PRISM Magazine - Exploring the future of engineering education

China's New Engineering Obstacle

Chen Lixin

A Chinese professor highlights the challenges his country faces as it attempts to prepare its engineering education system for the future.globe - china

The rapid developments of a global economy will demand that future engineering students receive a multi-dimensional education that gives them the opportunity to apply their knowledge and solve practical problems, as well as to prepare them to independently explore new scientific and technological fields. As a professor at a Chinese engineering university, I believe several limitations in our educational system have restricted the development of college students' creative abilities for about 10 years. These shortcomings include passive teaching methods, obsolete teaching content and materials, and narrow course structures.

The traditional teaching method is predominantly made up of class lectures that contribute to excessive student dependence on their teachers and a lack of independent study skills. Professors generally lecture without pausing and do not allow time for students to participate. This passive learning environment hinders the development of college students' potential. Students can mechanically memorize lectures and readings but cannot use this knowledge to solve basic problems. Naturally, this teaching method results in the phenomenon of high scores and low ability.

In the 1990s, science and technology have developed so rapidly that new materials and equipment are emerging constantly. The majority of our students, however, are still using the textbooks that I used as a second-year college student 12 years ago. How can these students solve the practical problems of today by using the antiquated knowledge of yesterday? Furthermore, we spend more time teaching theory than on experimentation, which makes it very difficult for students to apply theory to practice.

At present, we only emphasize students' studies in their specific fields, without building a broad basis of development and research methods. This is because teachers who received a traditional education do not have a general education structure. Frontier sciences will develop rapidly in the 21st century and China needs versatile engineers with creative abilities if we are to compete. If we continue to educate our students with this rigid and obsolete course structure, they will hardly fit the needs of social progress, and are doomed to be eliminated by competition.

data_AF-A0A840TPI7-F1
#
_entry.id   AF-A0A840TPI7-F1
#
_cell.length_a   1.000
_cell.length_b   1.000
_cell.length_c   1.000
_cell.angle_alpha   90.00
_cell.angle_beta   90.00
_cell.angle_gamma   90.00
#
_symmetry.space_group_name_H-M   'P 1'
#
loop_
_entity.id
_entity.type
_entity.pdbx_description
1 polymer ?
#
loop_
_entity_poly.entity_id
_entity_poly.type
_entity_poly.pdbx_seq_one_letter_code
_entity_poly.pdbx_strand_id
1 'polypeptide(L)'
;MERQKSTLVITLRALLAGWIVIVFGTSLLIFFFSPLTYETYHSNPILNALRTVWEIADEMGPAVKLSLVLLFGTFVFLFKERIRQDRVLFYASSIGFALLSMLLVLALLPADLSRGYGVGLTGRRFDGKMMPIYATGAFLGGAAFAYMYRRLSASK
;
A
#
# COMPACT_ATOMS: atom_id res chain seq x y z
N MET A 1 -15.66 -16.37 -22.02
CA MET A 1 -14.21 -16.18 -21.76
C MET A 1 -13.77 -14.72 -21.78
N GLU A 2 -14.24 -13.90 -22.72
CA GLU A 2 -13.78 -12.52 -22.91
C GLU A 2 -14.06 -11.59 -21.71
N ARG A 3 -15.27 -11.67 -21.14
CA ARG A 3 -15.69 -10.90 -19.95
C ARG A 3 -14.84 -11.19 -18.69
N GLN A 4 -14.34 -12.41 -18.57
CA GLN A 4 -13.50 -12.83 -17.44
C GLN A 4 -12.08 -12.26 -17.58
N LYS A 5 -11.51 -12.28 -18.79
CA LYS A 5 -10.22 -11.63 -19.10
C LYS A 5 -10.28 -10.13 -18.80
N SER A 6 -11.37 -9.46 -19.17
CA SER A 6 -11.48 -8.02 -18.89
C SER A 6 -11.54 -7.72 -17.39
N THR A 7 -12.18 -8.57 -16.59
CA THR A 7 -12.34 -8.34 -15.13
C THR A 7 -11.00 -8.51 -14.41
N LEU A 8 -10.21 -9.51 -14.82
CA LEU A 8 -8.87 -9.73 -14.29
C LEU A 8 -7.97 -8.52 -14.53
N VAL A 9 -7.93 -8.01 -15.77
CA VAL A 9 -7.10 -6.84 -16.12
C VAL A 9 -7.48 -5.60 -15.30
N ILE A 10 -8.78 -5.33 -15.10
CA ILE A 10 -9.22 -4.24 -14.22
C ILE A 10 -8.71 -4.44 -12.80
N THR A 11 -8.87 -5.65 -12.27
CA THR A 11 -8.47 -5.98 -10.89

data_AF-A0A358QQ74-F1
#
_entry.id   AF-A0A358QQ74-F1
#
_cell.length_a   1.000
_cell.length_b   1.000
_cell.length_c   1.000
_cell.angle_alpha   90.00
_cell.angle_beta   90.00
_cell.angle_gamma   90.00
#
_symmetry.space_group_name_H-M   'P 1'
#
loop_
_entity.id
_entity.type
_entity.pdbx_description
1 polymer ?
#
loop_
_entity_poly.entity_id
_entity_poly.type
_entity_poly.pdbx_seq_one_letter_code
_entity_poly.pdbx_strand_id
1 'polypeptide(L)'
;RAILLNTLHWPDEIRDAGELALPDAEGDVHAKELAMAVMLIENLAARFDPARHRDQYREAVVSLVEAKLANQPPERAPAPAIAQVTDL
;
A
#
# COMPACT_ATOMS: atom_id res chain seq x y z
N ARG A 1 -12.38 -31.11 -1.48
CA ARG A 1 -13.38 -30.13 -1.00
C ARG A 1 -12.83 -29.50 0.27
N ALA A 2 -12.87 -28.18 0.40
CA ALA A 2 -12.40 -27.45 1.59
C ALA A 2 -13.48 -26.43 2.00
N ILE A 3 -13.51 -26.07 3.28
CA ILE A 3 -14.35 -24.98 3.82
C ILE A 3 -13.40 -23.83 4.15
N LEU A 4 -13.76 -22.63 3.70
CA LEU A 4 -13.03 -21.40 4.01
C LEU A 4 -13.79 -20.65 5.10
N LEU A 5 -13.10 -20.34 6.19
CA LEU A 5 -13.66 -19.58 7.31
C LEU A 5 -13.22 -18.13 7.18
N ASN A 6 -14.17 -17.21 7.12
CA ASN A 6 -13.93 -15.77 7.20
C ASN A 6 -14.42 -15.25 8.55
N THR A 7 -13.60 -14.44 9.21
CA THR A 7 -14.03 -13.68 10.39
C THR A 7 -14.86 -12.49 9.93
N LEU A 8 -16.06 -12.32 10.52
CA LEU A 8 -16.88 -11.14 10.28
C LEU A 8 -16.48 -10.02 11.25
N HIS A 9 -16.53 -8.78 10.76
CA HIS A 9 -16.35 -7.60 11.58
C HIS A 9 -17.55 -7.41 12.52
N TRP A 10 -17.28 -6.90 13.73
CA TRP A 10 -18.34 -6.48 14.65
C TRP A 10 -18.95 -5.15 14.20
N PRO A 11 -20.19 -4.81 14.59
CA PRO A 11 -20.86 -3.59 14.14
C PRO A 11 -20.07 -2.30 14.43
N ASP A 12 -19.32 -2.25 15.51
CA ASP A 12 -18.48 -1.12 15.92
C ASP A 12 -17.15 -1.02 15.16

I have several suggestions on how we can reform China's existing educational system:

Reform teaching content and strengthen students' creative abilities.

    Teachers should introduce the new developments of domestic and correlative specialties, thereby emphasizing the link between basic theory and the science and technology frontiers.

Introduce students to a scientific learning method.

    This will allow them to independently acquire knowledge and skills by posing questions and reading references. It will also improve their ability to solve practical problems.

Modify the teaching plan.

    We should widen the scope of available courses and add some innovative ones, such as creative psychology.

Speed up educational modernization.

    This includes incorporating audio-visual programs and computer assistance with traditional teaching methods and systems.

Improve teachers' working conditions and training.

    "Whether a university can cultivate quality talents for socialism; enable the students to develop morally, intellectually, and physically; and train workers with both socialist consciousness and culture or not, the key is teachers," said Comrade Deng Xiaoping. Teachers are the most important factor in a successful educational system and must be encouraged and organized to implement the new strategies. We must first devise a strategic plan to aid in their continual teaching and ideological progressions. Also, the university should improve teachers' working and living conditions by periodically increasing their salaries and material.

We must also strengthen the ideological education among teachers by teaching them to love their educational undertakings and teaching posts, to acquire a scientific outlook, and to serve the people wholeheartedly. Finally, while our younger teachers have modern professional skills and knowledge, including proficiency in foreign languages and computers, we need to encourage the older teachers to guide their younger peers by sharing their experience and basic professional knowledge.

The times require reform of university's educational ideas, model, and structure. Only if we eliminate unfavorable factors in our educational system and reform it completely can we win in the next century's competition.


Chen Lixin is an engineering professor at Northwestern Polytechnical University, Xian, China.

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